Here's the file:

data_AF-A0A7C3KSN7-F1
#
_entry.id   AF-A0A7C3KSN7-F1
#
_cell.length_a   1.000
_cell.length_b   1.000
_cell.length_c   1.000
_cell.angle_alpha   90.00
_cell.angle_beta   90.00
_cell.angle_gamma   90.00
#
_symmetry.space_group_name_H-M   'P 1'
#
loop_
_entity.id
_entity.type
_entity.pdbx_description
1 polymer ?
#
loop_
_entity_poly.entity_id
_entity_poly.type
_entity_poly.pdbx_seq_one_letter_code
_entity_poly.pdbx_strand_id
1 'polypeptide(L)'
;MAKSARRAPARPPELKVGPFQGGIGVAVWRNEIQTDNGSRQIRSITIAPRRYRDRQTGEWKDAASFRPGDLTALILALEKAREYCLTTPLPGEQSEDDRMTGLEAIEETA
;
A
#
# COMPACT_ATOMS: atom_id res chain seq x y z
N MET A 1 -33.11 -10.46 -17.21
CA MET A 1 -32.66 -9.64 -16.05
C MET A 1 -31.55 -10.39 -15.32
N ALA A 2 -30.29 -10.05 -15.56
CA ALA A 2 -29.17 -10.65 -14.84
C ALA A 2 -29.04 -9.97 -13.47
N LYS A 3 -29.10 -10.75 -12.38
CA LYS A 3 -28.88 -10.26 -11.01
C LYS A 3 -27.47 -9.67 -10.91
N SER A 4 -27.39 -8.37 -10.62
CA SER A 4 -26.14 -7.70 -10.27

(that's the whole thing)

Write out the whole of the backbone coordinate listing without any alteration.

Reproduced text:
data_AF-A0A7C3KSN7-F1
#
_entry.id   AF-A0A7C3KSN7-F1
#
_cell.length_a   1.000
_cell.length_b   1.000
_cell.length_c   1.000
_cell.angle_alpha   90.00
_cell.angle_beta   90.00
_cell.angle_gamma   90.00
#
_symmetry.space_group_name_H-M   'P 1'
#
loop_
_entity.id
_entity.type
_entity.pdbx_description
1 polymer ?
#
loop_
_entity_poly.entity_id
_entity_poly.type
_entity_poly.pdbx_seq_one_letter_code
_entity_poly.pdbx_strand_id
1 'polypeptide(L)'
;MAKSARRAPARPPELKVGPFQGGIGVAVWRNEIQTDNGSRQIRSITIAPRRYRDRQTGEWKDAASFRPGDLTALILALEKAREYCLTTPLPGEQSEDDRMTGLEAIEETA
;
A
#
# COMPACT_ATOMS: atom_id res chain seq x y z
N MET A 1 -33.11 -10.46 -17.21
CA MET A 1 -32.66 -9.64 -16.05
C MET A 1 -31.55 -10.39 -15.32
N ALA A 2 -30.29 -10.05 -15.56
CA ALA A 2 -29.17 -10.65 -14.84
C ALA A 2 -29.04 -9.97 -13.47
N LYS A 3 -29.10 -10.75 -12.38
CA LYS A 3 -28.88 -10.26 -11.01
C LYS A 3 -27.47 -9.67 -10.91
N SER A 4 -27.39 -8.37 -10.62
CA SER A 4 -26.14 -7.70 -10.27